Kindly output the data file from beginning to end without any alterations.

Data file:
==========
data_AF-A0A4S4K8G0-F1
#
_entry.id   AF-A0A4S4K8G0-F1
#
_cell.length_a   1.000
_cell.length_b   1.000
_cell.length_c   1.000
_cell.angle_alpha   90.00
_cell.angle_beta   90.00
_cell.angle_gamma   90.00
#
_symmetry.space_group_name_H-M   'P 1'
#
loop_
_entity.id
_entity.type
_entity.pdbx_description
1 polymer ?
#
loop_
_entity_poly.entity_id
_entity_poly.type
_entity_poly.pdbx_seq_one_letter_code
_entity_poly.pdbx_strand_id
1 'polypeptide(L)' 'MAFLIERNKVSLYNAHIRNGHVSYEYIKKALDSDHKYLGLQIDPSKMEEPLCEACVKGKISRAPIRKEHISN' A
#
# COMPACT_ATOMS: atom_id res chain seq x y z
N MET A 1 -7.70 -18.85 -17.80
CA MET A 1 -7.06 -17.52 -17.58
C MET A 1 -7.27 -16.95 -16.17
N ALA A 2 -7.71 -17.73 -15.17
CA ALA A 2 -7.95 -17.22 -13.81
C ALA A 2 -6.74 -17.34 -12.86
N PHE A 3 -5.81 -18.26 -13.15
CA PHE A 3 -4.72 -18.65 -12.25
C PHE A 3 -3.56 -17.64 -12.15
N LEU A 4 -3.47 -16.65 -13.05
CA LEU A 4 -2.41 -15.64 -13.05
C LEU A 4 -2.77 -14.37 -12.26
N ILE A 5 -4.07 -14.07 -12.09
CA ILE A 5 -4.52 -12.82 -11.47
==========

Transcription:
data_AF-A0A4S4K8G0-F1
#
_entry.id   AF-A0A4S4K8G0-F1
#
_cell.length_a   1.000
_cell.length_b   1.000
_cell.length_c   1.000
_cell.angle_alpha   90.00
_cell.angle_beta   90.00
_cell.angle_gamma   90.00
#
_symmetry.space_group_name_H-M   'P 1'
#
loop_
_entity.id
_entity.type
_entity.pdbx_description
1 polymer ?
#
loop_
_entity_poly.entity_id
_entity_poly.type
_entity_poly.pdbx_seq_one_letter_code
_entity_poly.pdbx_strand_id
1 'polypeptide(L)' 'MAFLIERNKVSLYNAHIRNGHVSYEYIKKALDSDHKYLGLQIDPSKMEEPLCEACVKGKISRAPIRKEHISN' A
#
# COMPACT_ATOMS: atom_id res chain seq x y z
N MET A 1 -7.70 -18.85 -17.80
CA MET A 1 -7.06 -17.52 -17.58
C MET A 1 -7.27 -16.95 -16.17
N ALA A 2 -7.71 -17.73 -15.17
CA ALA A 2 -7.95 -17.22 -13.81
C ALA A 2 -6.74 -17.34 -12.86
N PHE A 3 -5.81 -18.26 -13.15
CA PHE A 3 -4.72 -18.65 -12.25
C PHE A 3 -3.56 -17.64 -12.15
N LEU A 4 -3.47 -16.65 -13.05
CA LEU A 4 -2.41 -15.64 -13.05
C LEU A 4 -2.77 -14.37 -12.26
N ILE A 5 -4.07 -14.07 -12.09
CA ILE A 5 -4.52 -12.82 -11.47